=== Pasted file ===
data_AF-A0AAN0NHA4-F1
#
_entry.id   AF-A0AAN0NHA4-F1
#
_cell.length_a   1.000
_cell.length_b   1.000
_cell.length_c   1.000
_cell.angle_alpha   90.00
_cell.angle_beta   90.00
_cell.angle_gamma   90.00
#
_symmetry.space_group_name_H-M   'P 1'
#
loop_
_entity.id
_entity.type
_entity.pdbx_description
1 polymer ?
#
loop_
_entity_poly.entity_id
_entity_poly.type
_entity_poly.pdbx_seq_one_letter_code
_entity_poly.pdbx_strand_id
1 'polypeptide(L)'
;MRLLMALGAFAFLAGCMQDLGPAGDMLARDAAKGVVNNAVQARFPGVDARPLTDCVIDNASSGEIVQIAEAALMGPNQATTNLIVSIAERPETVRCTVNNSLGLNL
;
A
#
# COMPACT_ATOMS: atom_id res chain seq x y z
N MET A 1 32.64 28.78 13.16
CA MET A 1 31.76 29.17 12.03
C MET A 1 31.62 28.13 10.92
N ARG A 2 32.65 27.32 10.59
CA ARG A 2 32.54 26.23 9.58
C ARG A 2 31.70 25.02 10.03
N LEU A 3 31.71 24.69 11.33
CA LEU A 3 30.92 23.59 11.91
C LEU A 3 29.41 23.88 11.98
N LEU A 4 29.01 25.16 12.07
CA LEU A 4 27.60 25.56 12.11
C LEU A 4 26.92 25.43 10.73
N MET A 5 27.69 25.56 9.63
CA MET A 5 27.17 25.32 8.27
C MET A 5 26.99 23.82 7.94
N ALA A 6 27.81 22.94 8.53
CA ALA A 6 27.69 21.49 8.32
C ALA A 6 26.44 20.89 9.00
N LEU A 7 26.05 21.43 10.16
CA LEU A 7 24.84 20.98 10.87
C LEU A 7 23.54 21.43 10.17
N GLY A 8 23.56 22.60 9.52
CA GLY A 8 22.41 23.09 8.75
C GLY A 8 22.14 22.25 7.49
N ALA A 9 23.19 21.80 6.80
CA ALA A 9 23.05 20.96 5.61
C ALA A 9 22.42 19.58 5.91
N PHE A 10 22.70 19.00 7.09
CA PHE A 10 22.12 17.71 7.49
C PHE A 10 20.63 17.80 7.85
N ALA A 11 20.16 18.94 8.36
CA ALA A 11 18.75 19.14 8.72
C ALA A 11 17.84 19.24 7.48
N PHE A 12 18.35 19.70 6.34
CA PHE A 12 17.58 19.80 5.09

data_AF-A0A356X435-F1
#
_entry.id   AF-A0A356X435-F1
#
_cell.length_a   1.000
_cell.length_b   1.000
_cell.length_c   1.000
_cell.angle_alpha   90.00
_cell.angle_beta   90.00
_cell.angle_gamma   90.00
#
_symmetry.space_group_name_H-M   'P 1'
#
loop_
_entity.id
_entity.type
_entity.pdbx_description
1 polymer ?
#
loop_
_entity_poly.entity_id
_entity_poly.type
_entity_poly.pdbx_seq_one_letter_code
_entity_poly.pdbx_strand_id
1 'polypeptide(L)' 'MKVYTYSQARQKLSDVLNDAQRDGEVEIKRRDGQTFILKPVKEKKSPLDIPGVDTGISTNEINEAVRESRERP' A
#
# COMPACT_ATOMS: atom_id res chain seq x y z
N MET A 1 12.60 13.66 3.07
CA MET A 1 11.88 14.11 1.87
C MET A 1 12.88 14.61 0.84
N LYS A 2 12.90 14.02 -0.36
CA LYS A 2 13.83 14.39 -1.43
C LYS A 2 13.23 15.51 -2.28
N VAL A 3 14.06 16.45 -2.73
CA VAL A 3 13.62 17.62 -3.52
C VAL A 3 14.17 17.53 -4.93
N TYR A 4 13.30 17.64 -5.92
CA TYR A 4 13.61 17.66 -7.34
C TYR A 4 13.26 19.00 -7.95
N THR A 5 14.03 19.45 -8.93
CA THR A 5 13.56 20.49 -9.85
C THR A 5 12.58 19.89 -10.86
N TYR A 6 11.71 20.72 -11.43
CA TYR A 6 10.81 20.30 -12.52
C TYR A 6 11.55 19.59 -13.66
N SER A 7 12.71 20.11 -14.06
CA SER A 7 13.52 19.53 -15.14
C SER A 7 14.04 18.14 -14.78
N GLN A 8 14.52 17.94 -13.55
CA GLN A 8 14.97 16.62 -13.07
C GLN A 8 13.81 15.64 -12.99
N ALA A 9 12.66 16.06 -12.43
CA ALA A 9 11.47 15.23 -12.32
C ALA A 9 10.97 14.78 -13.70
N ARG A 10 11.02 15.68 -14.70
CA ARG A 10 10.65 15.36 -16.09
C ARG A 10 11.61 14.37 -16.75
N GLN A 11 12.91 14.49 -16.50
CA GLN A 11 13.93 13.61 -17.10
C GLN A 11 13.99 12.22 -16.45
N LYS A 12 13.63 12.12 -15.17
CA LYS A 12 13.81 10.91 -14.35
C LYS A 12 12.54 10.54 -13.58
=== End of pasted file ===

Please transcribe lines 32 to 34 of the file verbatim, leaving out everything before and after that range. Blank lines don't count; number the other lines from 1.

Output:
CA MET A 1 31.76 29.17 12.03
C MET A 1 31.62 28.13 10.92
N ARG A 2 32.65 27.32 10.59